How do puzzle developers develop puzzles?
Once you know what type of puzzle you’d like to create, the process is fairly simple. For this example, we’ll create a simple coded message:
- Start at the end. Your solution is the starting point. Our solution is EVERYONE LOVES PUZZLES.
- Remove Pieces of the Solution. In this example, I’ll remove all vowels. That leaves us with _V_RY_N_ L_V_S P_ZZL_S.
- Provide Clues. We need to give our viewers a way of determining the proverbial ‘missing pieces of the puzzle’ (the missing information). Your clues can be as simple or as difficult as you’d like to make them.
Here are just a few ways we could present the hints to our example puzzle:
- State that the missing letters are all vowels.
- Provide the missing vowels in a mixed up string, EEEEE OO U
- Encode the answer, e.g. 5E2O1U. (This means there are 5 of the letter E, 2 of the letter O, AND 1U)
- This last step is optional, as it doesn’t necessarily impact the puzzle. Most puzzles have a title. In this case, that could be something like “Secret Message”. Often, however, puzzlers will make the title part of the puzzle… another clue. This isn’t a beginnner step, but it does make for a more interesting puzzle – for both the one solving the puzzle and the puzzle developer.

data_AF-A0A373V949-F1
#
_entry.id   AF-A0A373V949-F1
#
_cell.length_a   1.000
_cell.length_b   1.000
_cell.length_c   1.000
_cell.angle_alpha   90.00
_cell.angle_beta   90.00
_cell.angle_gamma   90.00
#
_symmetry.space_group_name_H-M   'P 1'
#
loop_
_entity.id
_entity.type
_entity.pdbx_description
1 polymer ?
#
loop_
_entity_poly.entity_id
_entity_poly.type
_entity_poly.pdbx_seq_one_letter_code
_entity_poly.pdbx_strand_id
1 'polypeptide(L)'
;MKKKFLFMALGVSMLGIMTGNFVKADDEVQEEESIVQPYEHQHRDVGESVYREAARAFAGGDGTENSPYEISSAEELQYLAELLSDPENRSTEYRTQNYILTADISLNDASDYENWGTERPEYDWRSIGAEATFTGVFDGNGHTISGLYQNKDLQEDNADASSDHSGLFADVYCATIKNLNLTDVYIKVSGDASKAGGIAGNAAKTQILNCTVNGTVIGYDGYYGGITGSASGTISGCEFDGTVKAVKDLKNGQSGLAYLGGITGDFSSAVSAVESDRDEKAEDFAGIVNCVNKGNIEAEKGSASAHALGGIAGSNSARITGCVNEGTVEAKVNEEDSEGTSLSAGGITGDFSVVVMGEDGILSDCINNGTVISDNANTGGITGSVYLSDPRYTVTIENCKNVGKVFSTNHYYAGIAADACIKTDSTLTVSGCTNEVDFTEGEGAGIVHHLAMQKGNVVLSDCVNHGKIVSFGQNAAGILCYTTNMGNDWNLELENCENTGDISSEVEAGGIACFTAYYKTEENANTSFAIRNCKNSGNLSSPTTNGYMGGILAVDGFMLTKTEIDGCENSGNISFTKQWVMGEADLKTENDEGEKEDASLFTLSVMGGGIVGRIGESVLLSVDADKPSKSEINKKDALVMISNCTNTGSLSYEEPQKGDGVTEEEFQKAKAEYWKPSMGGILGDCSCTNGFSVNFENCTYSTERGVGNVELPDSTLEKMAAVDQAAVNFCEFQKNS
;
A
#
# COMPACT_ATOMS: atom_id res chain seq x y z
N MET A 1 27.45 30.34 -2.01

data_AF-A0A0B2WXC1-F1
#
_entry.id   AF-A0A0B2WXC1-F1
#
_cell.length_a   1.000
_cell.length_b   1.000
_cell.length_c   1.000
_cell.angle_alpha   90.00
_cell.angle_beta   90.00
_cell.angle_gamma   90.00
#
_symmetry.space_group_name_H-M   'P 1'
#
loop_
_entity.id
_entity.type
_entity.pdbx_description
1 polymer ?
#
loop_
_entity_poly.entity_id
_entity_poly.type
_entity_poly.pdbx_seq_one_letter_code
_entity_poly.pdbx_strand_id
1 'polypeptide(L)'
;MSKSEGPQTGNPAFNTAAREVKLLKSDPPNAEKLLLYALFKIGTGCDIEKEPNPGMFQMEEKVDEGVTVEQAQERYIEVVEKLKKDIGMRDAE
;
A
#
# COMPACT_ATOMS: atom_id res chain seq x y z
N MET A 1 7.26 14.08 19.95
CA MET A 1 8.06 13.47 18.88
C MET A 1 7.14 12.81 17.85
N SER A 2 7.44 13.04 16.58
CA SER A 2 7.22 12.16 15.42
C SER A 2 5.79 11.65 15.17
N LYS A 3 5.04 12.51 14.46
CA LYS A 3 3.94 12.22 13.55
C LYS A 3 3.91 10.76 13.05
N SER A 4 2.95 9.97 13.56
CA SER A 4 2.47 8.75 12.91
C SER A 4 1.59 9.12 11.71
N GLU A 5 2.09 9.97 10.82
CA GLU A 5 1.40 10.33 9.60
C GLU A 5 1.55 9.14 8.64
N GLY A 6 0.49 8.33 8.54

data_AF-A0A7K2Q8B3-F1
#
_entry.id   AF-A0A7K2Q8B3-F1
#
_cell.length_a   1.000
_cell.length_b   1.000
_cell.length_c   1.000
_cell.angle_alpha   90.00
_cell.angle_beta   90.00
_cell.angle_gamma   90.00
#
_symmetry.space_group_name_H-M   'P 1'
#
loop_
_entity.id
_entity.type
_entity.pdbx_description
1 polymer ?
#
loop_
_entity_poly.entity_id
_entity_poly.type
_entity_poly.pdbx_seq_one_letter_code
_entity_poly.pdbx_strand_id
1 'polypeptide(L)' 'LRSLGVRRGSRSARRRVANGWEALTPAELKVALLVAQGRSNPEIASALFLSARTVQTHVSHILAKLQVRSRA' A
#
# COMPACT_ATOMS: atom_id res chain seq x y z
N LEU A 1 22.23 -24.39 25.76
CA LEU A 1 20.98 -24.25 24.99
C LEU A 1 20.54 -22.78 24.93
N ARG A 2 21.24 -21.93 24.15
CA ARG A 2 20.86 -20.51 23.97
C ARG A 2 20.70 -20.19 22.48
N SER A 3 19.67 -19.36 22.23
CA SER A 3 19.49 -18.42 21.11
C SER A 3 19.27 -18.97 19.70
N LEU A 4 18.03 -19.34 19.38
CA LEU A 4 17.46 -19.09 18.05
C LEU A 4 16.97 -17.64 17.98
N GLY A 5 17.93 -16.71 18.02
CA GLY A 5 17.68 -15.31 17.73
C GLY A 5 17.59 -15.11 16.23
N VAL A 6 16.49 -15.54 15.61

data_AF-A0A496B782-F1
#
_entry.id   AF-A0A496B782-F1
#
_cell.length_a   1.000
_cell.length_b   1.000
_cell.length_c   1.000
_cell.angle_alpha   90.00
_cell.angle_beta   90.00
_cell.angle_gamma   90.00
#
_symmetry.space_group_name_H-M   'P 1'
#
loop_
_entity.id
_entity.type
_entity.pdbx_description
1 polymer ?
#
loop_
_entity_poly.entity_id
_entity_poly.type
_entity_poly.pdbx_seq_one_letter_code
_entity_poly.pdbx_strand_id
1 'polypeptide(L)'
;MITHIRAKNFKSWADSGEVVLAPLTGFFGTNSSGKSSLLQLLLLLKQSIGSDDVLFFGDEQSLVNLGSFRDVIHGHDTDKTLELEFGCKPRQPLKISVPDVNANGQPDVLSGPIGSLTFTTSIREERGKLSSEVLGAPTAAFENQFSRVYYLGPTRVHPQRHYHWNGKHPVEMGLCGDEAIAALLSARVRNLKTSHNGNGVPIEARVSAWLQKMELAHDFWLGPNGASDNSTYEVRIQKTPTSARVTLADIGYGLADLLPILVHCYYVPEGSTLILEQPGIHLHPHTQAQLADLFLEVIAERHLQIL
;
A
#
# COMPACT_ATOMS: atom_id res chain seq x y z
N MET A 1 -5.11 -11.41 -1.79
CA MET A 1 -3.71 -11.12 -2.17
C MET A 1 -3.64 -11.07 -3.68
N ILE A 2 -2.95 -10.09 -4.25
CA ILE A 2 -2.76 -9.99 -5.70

The process is the same for word searches, crosswords, sudoku and any other puzzle you can dream up. The key is always working backwards. Don’t forget to test your puzzle once you’re done. You may have to adjust your clues to ensure you have only one possible solution (You certainly may develop a puzzle with multiple solutions, but when you do so, make sure you let your viewers know this!).
Solving puzzles is more challenging when there is only one solution, and so is the developing!